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    Computer Science Department collaborates with BBC on 360° documentaries

    Dr Peter Passmore has been working with the BBC to make a series of 360-degree films

    Peter Passmore filming a 360 film with the BBC (credit: Martin Mossop)The Computer Science Department in Middlesex University's School of Science and Technology has been working closely with the BBC to produce a series of 360-degree films.

    Senior Lecturer Dr Peter Passmore, a specialist in computer graphics, has been working in a technical consultant and post-production role for BBC R&D and BBC News Labs – the broadcaster's journalism formats, data and technology incubator – as they develop a series of 360 videos.

    Filmed using six GoPro cameras mounted together on a special rig, the footage is stitched together in post-production to create a 360 film that viewers can literally look all around.

    Most recently, the collaboration resulted in a film for The Food Chain programme on the BBC World Service and Radio 4 which takes viewers around restaurants in London's Chinatown district.

    This followed a film in Calais which explored the migrants crisis from inside the 'Jungle', and an initial 'proof of concept' documentary following artist Martin Mossop around his studio in east London.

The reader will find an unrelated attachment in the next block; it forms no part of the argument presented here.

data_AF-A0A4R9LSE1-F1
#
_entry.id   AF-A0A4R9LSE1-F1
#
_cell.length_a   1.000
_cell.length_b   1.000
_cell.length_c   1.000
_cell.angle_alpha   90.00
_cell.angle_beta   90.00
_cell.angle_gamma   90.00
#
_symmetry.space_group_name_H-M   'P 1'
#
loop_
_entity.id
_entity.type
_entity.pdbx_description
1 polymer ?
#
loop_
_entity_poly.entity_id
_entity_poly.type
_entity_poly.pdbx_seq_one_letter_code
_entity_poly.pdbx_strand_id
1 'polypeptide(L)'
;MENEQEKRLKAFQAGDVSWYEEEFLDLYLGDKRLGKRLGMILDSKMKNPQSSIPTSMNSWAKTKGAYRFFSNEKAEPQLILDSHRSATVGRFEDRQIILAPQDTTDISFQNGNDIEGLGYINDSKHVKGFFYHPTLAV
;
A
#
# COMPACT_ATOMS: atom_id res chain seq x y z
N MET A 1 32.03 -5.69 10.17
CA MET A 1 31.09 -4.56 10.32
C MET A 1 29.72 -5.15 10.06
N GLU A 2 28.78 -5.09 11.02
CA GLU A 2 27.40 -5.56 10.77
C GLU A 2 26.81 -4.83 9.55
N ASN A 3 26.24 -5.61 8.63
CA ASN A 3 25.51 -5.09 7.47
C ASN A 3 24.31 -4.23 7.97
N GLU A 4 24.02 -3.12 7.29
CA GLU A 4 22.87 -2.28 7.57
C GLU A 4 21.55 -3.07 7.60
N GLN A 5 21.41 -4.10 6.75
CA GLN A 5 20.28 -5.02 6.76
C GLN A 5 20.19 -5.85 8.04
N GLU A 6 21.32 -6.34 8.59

"This is an exciting time for virtual reality as the coming year will see the advent of consumer virtual reality devices," says Dr Passmore. 

    "A major component of virtual reality is 360 video which is a new medium for content producers which involves rethinking everything from how content is made to its distribution and consumption. 

    "It changes everything and technologists, broadcasters and filmmakers are struggling to pioneer the new medium.  It has been fascinating working with the BBC on this over the last year." 

    YouTube and Facebook both support 360 video, with different devices displaying the video in different ways. Using the smartphone app allows viewers to move their phone to change the perspective, while a mouse is used to drag the camera around if viewed on a desktop browser.

    Virtual Reality (VR) headsets such as Oculus Rift and the much cheaper Google Cardboard can also be used to turn the 360 video into a fully immersive VR experience, making the viewer feel as though they are at the heart of the action.

    "Apart from the many research opportunities around computer generated content, 360 video is a new medium which introduces multidisciplinary research challenges," adds Dr Passmore.

    "The Computer Science Department has recently invested in some VR equipment and we are open to collaboration."

    To find out more about Dr Passmore's work with BBC News Labs, visit the BBC News Labs blog:
    How to tell a story in VR, using 360 filming - Location and presence
    How might 360 filming/VR change the role of the reporter/presenter?

    Photo: Peter Passmore filming in 360, courtesy of Martin Mossop

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